Quote:> The reference you're referring to basically implies that you launch
> processes on multiple nodes sitting at your desk. rsh is (Very loose
> comparisson here, dont flame me please) for this purpose, the equivalent
> opening an xterm on your workstation, telnetting to a node, and firing up
> that 6 hour compile. Then minimizing the xterm, openning a new one, and
> doing the same for that other app you want to do (telnetted to another
> this time).
Do you mean that rsh a) only runs with xterm, b) cannot be automated?
Quote:> Basically, instead of the cluster chosing the location of each
> process, you do it yourself.
If this is ONLY possible manually, then that would be unsuitable. If,
however, this can be automated, this is PRECISELY the level of control I
want. Especially if remote processes can be monitored visually on a
Why? Because I want to REMOTELY manage node power-on/off, perform
load-balancing, manage data redundancy and no/low-fault computation, perform
diagnostics, dedicate certain nodes to special tasks at times. In short,
having tentatively examined the option, I do NOT want what is essentially a
32 or 64-CPU computer laced together with LAN.
Quote:> Whereas beowulf is sometimes called the
> poor-man's cluster, this would be the broke-man's cluster. *shrug* I guess
> all of my linux servers are in a cluster since I have xterms to all of
> open running processes.
:-) What an amazing world... where a person with a group of connected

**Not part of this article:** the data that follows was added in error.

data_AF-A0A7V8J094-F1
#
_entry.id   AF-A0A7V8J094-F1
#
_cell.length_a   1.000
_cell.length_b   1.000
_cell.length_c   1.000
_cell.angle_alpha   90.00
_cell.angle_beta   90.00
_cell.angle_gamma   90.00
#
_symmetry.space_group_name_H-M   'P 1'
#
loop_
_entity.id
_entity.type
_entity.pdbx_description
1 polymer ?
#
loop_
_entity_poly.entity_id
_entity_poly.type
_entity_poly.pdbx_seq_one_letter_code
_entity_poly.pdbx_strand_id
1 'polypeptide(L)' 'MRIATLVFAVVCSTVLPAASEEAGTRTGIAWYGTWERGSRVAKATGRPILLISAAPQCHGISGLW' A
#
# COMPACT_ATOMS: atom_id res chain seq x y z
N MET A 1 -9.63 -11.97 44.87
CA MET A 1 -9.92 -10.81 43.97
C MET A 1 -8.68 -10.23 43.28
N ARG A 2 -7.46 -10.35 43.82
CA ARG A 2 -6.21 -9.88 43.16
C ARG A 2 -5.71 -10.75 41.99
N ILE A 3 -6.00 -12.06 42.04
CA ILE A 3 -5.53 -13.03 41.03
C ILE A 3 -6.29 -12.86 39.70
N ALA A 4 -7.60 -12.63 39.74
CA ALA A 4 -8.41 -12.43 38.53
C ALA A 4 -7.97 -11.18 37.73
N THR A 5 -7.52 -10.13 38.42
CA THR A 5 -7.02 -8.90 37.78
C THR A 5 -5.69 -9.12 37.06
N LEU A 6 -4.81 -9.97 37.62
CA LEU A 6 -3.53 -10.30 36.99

PERSONAL computers at his fingertips-- a billion dollars of computing power
only five decades ago-- speaks (however impishly) in terms of poverty.
Yes, in a sense this IS a cluster, with YOU as the executive program. Now,
if you cannot be replaced with a computer program, or if any automated
implementation is inherently slow as molasses, then it would be a poor
In a nutshell: From a central system I want to programmatically launch apps
on computers connected by LAN. (I am willing to run a process, hopefully a
small one, on each node to facilitate communication.) I want to do this
with the simplest arrangement possible even if there is some speed
trade-off, and the shortest learning and development period.
A "script" language would be OK, especially for prototyping. Will consider
Java (despite my negative impressions of Win98 implementations and apps),
C++ or whatever, but need to keep deployment time at a minimum. Important
to get something working quickly, then hang features on it later.
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